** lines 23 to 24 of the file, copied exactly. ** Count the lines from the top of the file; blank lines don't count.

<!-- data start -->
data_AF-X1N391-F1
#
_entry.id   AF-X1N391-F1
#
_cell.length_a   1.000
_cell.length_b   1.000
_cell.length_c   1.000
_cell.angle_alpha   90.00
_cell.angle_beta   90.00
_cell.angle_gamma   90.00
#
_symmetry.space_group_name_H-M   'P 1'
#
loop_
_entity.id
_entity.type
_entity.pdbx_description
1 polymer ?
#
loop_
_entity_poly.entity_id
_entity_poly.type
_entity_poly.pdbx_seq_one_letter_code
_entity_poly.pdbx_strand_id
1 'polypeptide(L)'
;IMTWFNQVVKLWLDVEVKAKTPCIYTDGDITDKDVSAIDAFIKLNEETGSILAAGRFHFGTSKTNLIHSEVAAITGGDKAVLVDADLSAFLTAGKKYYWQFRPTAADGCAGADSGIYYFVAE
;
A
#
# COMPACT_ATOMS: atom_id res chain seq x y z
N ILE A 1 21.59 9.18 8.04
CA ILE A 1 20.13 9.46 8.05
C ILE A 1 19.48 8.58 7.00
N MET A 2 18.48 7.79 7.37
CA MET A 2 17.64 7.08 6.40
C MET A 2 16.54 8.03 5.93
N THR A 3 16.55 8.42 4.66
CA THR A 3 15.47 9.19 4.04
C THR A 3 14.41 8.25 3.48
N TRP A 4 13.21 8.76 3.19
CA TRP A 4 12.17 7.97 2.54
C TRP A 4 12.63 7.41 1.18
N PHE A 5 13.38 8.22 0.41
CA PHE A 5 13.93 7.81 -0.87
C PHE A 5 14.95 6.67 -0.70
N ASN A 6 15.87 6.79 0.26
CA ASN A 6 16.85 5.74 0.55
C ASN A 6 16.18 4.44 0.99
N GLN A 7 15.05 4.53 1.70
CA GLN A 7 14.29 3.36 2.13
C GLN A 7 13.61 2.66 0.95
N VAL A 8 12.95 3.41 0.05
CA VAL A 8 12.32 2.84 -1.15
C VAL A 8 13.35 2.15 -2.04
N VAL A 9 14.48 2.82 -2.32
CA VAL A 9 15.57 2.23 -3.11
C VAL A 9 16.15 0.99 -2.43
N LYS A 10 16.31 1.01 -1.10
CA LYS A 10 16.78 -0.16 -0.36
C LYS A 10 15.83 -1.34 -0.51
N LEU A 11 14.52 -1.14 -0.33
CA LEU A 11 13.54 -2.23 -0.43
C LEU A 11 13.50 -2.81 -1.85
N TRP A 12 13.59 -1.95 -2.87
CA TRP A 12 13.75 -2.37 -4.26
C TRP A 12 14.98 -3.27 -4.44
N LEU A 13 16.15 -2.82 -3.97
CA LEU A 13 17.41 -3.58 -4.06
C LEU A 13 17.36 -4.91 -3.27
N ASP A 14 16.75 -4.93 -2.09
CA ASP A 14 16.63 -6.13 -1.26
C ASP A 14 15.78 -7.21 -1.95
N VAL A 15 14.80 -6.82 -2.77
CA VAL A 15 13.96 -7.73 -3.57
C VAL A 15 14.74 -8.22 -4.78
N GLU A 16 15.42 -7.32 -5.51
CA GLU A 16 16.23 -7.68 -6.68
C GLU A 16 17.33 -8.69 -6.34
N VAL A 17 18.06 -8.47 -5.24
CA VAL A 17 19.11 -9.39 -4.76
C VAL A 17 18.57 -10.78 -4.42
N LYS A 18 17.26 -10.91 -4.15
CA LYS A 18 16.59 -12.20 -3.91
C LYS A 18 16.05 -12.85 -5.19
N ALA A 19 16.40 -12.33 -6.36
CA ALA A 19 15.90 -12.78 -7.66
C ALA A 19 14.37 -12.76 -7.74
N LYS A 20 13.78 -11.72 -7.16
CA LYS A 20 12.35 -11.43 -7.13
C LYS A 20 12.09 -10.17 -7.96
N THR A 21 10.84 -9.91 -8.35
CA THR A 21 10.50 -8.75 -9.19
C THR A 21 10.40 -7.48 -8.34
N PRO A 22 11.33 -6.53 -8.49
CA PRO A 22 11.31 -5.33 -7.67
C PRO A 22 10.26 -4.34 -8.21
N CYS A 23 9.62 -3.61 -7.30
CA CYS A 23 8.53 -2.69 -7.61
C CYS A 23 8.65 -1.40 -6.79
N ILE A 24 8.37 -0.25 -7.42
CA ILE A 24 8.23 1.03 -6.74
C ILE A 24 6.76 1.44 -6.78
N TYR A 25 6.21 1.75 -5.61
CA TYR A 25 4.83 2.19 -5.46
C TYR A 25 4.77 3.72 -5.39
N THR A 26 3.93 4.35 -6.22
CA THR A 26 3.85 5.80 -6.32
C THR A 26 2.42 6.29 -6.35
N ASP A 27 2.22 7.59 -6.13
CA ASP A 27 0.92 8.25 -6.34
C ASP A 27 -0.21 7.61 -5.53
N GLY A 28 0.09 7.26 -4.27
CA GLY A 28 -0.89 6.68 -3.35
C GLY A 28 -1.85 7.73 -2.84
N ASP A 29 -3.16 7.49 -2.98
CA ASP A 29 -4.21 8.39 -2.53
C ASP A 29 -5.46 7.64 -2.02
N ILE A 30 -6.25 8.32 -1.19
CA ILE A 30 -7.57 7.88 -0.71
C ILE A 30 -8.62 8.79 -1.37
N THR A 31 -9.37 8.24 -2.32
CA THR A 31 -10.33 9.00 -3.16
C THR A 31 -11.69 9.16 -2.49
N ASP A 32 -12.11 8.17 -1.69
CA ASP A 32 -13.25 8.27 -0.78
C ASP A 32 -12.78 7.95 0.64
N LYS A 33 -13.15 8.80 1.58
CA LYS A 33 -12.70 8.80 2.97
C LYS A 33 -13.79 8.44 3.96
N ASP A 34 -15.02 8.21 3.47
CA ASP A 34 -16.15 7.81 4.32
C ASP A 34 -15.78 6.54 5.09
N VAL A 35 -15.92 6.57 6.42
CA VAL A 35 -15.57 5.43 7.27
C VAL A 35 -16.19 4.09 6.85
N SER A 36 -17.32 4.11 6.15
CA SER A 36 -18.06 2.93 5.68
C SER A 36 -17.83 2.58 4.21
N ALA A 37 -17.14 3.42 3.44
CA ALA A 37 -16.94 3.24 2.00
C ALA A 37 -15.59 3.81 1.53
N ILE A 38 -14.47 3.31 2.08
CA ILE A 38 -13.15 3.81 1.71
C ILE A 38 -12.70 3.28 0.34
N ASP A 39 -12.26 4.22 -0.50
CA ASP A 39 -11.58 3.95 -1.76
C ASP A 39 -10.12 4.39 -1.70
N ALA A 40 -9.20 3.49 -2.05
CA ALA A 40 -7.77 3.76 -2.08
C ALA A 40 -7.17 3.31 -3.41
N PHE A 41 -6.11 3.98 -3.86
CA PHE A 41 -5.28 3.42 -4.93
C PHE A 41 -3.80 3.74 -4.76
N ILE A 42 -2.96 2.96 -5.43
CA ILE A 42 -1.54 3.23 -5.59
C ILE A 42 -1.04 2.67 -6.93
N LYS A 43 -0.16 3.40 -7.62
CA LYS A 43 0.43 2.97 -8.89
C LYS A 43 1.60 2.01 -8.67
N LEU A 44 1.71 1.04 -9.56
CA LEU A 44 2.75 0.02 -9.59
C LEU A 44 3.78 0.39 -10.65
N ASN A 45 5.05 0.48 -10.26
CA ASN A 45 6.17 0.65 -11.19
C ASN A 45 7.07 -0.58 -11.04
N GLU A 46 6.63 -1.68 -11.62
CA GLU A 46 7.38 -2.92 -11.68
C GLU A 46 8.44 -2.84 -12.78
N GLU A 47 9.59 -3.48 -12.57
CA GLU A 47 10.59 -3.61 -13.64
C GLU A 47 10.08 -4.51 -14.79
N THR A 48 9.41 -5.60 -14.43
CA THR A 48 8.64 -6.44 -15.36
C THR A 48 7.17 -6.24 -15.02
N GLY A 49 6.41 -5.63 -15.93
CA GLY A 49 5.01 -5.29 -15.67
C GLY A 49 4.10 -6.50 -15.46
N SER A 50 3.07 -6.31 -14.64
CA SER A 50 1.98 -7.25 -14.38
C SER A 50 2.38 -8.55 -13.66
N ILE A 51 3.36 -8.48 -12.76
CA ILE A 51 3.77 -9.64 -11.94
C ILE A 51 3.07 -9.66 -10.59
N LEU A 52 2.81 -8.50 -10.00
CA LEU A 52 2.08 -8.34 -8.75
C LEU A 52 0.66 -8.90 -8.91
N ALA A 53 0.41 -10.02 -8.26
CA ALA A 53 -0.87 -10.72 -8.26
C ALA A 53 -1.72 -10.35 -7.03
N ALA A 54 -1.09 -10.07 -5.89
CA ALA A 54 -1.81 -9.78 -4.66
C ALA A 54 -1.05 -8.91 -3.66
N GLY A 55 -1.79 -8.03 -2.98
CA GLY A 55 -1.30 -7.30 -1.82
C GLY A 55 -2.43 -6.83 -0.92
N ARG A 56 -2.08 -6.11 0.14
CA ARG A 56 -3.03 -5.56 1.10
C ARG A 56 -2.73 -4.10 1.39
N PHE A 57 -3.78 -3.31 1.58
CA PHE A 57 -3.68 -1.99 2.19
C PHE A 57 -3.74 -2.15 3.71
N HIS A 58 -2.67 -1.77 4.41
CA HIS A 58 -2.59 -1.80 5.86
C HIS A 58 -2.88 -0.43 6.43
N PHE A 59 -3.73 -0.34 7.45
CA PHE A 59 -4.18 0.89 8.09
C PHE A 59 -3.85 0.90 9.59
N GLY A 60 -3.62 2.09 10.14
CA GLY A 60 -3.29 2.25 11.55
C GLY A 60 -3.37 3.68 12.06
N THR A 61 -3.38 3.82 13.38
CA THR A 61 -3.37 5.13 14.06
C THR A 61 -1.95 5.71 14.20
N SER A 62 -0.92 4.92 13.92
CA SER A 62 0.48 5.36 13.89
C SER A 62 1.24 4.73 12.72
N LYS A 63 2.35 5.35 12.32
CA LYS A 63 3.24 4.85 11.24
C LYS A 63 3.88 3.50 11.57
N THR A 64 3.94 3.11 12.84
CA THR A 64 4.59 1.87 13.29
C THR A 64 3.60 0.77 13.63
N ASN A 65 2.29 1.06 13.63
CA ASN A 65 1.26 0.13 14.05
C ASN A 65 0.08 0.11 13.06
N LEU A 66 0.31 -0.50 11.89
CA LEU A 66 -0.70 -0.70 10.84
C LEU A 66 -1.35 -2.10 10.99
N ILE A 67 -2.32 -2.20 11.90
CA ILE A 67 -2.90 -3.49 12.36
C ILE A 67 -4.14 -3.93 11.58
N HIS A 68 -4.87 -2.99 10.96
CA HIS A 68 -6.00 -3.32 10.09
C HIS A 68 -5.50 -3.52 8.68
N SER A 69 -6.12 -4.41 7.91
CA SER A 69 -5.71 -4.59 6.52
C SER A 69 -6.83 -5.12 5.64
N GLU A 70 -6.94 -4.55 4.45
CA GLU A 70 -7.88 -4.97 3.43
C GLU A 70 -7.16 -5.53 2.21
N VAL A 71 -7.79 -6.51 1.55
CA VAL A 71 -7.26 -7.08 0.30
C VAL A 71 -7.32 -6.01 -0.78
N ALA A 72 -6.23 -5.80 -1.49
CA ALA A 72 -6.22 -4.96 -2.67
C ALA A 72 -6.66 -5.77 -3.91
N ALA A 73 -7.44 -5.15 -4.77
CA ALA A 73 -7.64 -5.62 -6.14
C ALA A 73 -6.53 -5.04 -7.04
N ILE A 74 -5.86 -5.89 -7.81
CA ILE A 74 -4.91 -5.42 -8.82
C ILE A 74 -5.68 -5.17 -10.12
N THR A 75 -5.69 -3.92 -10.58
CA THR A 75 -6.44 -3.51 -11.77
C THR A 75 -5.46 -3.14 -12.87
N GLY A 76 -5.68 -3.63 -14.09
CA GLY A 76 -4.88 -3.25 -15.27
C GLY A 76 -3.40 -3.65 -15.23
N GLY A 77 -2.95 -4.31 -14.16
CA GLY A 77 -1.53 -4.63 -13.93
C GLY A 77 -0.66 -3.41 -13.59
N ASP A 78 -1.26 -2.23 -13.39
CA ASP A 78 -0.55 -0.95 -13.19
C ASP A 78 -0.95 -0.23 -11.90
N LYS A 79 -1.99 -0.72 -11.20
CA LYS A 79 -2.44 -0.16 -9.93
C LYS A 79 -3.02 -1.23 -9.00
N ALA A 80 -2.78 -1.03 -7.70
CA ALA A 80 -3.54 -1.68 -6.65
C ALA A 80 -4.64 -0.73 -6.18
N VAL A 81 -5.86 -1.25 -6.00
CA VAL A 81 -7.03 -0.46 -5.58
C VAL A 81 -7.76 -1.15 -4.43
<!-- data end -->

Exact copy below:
_entity_poly.pdbx_seq_one_letter_code
_entity_poly.pdbx_strand_id